Nancy Corbett


Loving Frank

by Nancy Horan

Last year, the book topping my list was The Women by T.C. Boyle. Had I not read it, I would probably not have been inclined to pick up Loving Frank by Nancy Horan. Loving Frank is the story of Mamah Borthwick Cheney, the second woman of Frank Lloyd Wright's four long-term relationships.

Okay. I have to break out the feminist regime for a moment here. I hate the title of this book. I hate that the book asserts that Frank was a better man due to his relationship with Mamah. WTF cares? Yeah. FLW was the most awe-inspiring architect this side of the Renaissance, and a heck of an interesting guy. But, second to his architecture, his taste in women is the most interesting thing about him.

Mamah Borthwick was so ahead of her time. She was a feminist, a brilliant translator, a scholar and a great intellectual of the early 20th century. Had she not been a life partner of a famous man, had her life not been embroiled in scandal and had she not died such a tragic and bloody death, we would not have heard of her. Her fame is due to her relationship with FLW, but she is still worthy of fame in her own right. So, why is it necessary to define her first as a woman who loved Frank? I think that the book's title diminishes her. 'Nuff said.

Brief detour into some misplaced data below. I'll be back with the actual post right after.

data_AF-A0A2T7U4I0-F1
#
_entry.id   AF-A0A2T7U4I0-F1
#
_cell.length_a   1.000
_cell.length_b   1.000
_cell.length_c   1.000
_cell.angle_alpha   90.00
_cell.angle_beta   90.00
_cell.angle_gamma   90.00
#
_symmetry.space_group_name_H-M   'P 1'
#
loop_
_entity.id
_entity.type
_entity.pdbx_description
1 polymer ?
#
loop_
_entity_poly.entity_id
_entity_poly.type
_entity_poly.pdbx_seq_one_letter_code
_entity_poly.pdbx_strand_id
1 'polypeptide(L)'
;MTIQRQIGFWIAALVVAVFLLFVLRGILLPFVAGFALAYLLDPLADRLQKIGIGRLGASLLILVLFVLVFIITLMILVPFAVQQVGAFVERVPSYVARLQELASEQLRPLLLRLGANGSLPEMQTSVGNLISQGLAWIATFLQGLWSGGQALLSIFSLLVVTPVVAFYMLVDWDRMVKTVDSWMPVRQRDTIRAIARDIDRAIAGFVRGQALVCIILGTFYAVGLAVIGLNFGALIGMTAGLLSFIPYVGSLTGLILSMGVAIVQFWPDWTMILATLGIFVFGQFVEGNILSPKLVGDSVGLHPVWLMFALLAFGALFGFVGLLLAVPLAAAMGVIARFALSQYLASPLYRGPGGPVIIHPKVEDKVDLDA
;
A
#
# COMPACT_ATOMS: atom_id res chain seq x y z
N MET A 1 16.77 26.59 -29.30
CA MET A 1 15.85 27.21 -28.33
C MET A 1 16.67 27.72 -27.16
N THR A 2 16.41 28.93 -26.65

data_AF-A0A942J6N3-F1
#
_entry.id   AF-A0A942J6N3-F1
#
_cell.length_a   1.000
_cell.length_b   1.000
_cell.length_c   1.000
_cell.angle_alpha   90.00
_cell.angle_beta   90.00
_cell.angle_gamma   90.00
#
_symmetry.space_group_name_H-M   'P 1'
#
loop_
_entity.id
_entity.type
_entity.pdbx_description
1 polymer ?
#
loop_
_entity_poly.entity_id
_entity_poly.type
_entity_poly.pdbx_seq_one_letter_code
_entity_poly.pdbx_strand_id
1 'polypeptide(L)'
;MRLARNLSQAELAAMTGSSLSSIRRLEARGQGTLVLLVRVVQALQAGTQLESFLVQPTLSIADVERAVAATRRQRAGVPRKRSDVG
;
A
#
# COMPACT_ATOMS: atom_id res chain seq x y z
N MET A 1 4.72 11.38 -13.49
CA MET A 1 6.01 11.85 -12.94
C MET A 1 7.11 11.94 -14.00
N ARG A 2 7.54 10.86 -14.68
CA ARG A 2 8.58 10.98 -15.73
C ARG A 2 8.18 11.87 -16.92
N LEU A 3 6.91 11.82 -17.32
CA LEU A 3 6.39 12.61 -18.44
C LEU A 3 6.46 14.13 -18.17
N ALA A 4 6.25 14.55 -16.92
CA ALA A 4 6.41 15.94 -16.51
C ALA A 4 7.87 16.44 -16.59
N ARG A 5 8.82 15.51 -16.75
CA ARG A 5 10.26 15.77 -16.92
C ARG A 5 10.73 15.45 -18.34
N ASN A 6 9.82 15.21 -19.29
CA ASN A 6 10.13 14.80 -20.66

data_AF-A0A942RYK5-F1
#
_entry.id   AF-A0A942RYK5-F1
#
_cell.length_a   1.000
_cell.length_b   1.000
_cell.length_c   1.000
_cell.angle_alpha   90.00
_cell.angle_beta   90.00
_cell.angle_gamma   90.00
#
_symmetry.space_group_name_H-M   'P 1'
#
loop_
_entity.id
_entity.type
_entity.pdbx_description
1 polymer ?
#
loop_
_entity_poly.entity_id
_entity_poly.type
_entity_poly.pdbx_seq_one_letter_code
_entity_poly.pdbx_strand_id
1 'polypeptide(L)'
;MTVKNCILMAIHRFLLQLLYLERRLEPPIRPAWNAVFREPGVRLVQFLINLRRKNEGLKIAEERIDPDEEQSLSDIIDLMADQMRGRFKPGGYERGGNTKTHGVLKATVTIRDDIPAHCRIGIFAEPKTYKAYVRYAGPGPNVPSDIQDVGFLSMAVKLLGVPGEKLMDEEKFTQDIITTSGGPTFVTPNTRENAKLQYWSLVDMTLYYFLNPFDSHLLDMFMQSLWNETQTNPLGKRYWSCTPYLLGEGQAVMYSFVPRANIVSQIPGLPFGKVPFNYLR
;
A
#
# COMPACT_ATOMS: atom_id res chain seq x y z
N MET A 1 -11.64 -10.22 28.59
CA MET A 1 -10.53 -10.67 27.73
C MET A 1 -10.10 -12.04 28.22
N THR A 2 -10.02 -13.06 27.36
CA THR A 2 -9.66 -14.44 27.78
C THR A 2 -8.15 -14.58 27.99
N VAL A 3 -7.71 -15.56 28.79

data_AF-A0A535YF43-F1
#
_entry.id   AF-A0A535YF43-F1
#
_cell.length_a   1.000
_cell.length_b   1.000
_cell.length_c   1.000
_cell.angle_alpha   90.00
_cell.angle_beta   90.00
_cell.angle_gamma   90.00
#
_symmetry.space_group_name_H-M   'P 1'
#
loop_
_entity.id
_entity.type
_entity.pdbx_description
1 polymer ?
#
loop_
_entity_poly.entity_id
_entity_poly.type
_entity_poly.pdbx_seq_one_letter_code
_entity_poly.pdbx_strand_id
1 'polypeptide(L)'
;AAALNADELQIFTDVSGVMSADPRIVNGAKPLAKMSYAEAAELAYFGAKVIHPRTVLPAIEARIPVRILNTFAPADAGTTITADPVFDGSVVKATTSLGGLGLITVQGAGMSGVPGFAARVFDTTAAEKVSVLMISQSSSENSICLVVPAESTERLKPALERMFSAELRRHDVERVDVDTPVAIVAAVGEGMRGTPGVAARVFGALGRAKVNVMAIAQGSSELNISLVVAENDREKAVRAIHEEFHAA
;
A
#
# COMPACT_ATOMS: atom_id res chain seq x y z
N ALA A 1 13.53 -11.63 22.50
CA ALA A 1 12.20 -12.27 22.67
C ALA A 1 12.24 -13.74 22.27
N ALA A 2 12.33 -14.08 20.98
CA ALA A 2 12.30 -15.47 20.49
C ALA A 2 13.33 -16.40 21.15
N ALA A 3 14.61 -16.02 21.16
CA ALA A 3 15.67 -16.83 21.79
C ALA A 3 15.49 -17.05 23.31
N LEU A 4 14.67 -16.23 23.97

The story follows Mamah from her marriage to Cheney to her death in 1914. Horan breaths life into all the characters with humor and compassion. Frank is bigger than life, self-absorbed, self-indulgant yet tender and thoughtful and generous. Mamah is drawn with the detail of a flemish still life, her outer actions ruddered by her deep inner life. As the story progresses, Mamah's convictions grow, convictions that relationships require love and mutual respect and equality.

Loving Frank isn't about Frank Lloyd Wright. Horan's book is Mamah's treatise on the meaning of love and the constitution of commitment.

"We are the music makers, and we are the dreamers of dreams..." Arthur O'Shaughnessy


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